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I’ve been collecting questions from readers over the course of this series. I’ll spend today and tomorrow tackling these questions, and then I have one final tip for you on Saturday to close out our series.

What should writers focus more on, platform or their craft?

There are three main areas that publishers evaluate in regards to your submission: the strength of your writing voice & ability, your platform, and how unique your book idea is. Think about this:  If you are a self-published writer, you take out an ad on Book Bub, and a miracle happens…you give away 300,000 copies in a 24-hour campaign. If your craft is ready, those people will become fans. Your social media will grow, and it will be evident that your audience is growing because you wrote a great book. Do the same thing, but your craft isn’t ready—your plot has holes in it? You’ll give away 300,000 copies and you’ll never see those people again. The goal is to become a good writer, and then, word-of-mouth coupled with a consistent social media strategy will be a winning balance.

What are two of the most important qualities you want in a writer?

I want writers who are going to work hard. This industry is hard and it’s easy to give up when things don’t go your way. Agents want long-term relationships with their clients. And to have a long-term relationship, the writer has to keep writing, to keep trying, to keep working to get better. I also love someone with high creativity. I think you can study craft and teach yourself how to get better. It’s nice to sign writers with a plethora of ideas, writers with those brains that never stop thinking up new characters, new twists, and new ways to surprise the reader.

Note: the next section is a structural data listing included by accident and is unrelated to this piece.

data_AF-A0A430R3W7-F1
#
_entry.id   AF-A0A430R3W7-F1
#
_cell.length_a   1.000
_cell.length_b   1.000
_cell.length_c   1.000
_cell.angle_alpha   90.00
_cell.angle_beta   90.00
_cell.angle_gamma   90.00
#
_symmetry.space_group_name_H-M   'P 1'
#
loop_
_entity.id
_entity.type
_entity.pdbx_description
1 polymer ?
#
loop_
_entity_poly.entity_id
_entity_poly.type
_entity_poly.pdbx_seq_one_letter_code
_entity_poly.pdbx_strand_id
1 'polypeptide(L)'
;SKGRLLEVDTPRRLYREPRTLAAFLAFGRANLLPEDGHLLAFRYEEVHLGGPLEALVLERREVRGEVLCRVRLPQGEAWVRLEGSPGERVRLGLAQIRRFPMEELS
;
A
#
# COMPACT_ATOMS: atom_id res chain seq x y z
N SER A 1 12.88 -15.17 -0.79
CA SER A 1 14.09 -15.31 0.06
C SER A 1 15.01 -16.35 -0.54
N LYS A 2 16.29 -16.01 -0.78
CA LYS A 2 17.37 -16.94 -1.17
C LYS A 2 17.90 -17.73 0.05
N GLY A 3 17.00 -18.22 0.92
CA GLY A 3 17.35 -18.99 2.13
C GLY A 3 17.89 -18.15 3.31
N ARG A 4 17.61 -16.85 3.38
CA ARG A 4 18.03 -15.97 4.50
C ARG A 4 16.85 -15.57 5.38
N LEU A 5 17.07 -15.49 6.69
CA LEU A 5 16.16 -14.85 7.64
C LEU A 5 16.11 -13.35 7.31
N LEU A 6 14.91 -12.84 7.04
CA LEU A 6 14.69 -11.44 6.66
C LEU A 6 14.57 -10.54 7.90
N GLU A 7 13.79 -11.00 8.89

If an agent has had my submission for over a year, is that a no?

I don’t know that I have a definitive answer for this. My advice to you is that if you have been sitting in the slush pile for a while, check in once every 90 days. If you’ve been checking in once every 90 days, and a year has passed, and you’ve never gotten a response, then it might be a no. Or, it might be that the agent has not received your material. I’ve had people send me proposals, and they’ve ended up in spam or maybe my inbox was so full, I just didn’t see their material. The bottom line is, I wouldn’t believe my answer was a no until I got a written no or a verbal no at a conference. I do think when agents are interested, they tend to grab things up more quickly. But, there have been seasons where I just needed more time to review my pile.

More Q&A to come tomorrow!




This series is part of the #Write31Days challenge. To read all the posts in this series click here.




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